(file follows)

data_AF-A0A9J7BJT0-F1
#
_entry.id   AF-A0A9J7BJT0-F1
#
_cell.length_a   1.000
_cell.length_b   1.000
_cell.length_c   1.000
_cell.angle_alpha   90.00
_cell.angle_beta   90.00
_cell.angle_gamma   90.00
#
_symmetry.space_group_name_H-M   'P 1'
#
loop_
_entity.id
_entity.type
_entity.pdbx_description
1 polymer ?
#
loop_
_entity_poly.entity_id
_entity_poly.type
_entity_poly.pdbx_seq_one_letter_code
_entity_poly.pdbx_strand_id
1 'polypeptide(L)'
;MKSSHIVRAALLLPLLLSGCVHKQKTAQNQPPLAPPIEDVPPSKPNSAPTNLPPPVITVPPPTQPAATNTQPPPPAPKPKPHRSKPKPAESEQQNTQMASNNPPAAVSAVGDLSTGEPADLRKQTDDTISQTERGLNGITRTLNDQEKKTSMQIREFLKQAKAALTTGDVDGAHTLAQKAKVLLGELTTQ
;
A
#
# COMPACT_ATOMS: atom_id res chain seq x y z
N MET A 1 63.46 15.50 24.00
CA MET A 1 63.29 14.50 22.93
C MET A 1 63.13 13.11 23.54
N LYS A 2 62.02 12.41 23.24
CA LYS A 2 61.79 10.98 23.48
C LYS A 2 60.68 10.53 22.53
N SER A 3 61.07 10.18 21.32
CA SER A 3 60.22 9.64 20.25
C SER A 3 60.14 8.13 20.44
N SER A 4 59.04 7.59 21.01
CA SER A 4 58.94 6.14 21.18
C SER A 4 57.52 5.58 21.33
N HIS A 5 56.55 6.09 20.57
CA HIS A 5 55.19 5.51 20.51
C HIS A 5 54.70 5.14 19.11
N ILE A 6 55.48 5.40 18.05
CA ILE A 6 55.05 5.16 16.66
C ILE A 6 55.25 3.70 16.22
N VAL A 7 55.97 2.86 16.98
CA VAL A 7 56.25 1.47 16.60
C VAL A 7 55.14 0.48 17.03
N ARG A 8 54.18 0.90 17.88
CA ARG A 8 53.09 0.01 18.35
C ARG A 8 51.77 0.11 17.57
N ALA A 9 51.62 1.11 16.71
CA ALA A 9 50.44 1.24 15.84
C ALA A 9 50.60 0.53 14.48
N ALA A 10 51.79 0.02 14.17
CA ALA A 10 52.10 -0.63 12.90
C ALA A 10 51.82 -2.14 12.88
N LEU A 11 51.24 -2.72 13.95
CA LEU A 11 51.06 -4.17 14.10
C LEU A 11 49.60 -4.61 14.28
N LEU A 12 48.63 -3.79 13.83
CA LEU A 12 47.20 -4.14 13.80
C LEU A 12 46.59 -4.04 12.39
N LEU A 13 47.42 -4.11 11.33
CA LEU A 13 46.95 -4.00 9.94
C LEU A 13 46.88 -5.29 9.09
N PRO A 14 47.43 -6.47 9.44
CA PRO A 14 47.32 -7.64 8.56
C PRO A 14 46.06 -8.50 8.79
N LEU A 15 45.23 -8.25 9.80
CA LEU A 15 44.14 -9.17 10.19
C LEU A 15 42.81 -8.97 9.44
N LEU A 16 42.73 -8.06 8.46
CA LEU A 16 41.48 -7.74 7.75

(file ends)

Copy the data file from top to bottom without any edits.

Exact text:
data_AF-A0A9J7BJT0-F1
#
_entry.id   AF-A0A9J7BJT0-F1
#
_cell.length_a   1.000
_cell.length_b   1.000
_cell.length_c   1.000
_cell.angle_alpha   90.00
_cell.angle_beta   90.00
_cell.angle_gamma   90.00
#
_symmetry.space_group_name_H-M   'P 1'
#
loop_
_entity.id
_entity.type
_entity.pdbx_description
1 polymer ?
#
loop_
_entity_poly.entity_id
_entity_poly.type
_entity_poly.pdbx_seq_one_letter_code
_entity_poly.pdbx_strand_id
1 'polypeptide(L)'
;MKSSHIVRAALLLPLLLSGCVHKQKTAQNQPPLAPPIEDVPPSKPNSAPTNLPPPVITVPPPTQPAATNTQPPPPAPKPKPHRSKPKPAESEQQNTQMASNNPPAAVSAVGDLSTGEPADLRKQTDDTISQTERGLNGITRTLNDQEKKTSMQIREFLKQAKAALTTGDVDGAHTLAQKAKVLLGELTTQ
;
A
#
# COMPACT_ATOMS: atom_id res chain seq x y z
N MET A 1 63.46 15.50 24.00
CA MET A 1 63.29 14.50 22.93
C MET A 1 63.13 13.11 23.54
N LYS A 2 62.02 12.41 23.24
CA LYS A 2 61.79 10.98 23.48
C LYS A 2 60.68 10.53 22.53
N SER A 3 61.07 10.18 21.32
CA SER A 3 60.22 9.64 20.25
C SER A 3 60.14 8.13 20.44
N SER A 4 59.04 7.59 21.01
CA SER A 4 58.94 6.14 21.18
C SER A 4 57.52 5.58 21.33
N HIS A 5 56.55 6.09 20.57
CA HIS A 5 55.19 5.51 20.51
C HIS A 5 54.70 5.14 19.11
N ILE A 6 55.48 5.40 18.05
CA ILE A 6 55.05 5.16 16.66
C ILE A 6 55.25 3.70 16.22
N VAL A 7 55.97 2.86 16.98
CA VAL A 7 56.25 1.47 16.60
C VAL A 7 55.14 0.48 17.03
N ARG A 8 54.18 0.90 17.88
CA ARG A 8 53.09 0.01 18.35
C ARG A 8 51.77 0.11 17.57
N ALA A 9 51.62 1.11 16.71
CA ALA A 9 50.44 1.24 15.84
C ALA A 9 50.60 0.53 14.48
N ALA A 10 51.79 0.02 14.17
CA ALA A 10 52.10 -0.63 12.90
C ALA A 10 51.82 -2.14 12.88
N LEU A 11 51.24 -2.72 13.95
CA LEU A 11 51.06 -4.17 14.10
C LEU A 11 49.60 -4.61 14.28
N LEU A 12 48.63 -3.79 13.83
CA LEU A 12 47.20 -4.14 13.80
C LEU A 12 46.59 -4.04 12.39
N LEU A 13 47.42 -4.11 11.33
CA LEU A 13 46.95 -4.00 9.94
C LEU A 13 46.88 -5.29 9.09
N PRO A 14 47.43 -6.47 9.44
CA PRO A 14 47.32 -7.64 8.56
C PRO A 14 46.06 -8.50 8.79
N LEU A 15 45.23 -8.25 9.80
CA LEU A 15 44.14 -9.17 10.19
C LEU A 15 42.81 -8.97 9.44
N LEU A 16 42.73 -8.06 8.46
CA LEU A 16 41.48 -7.74 7.75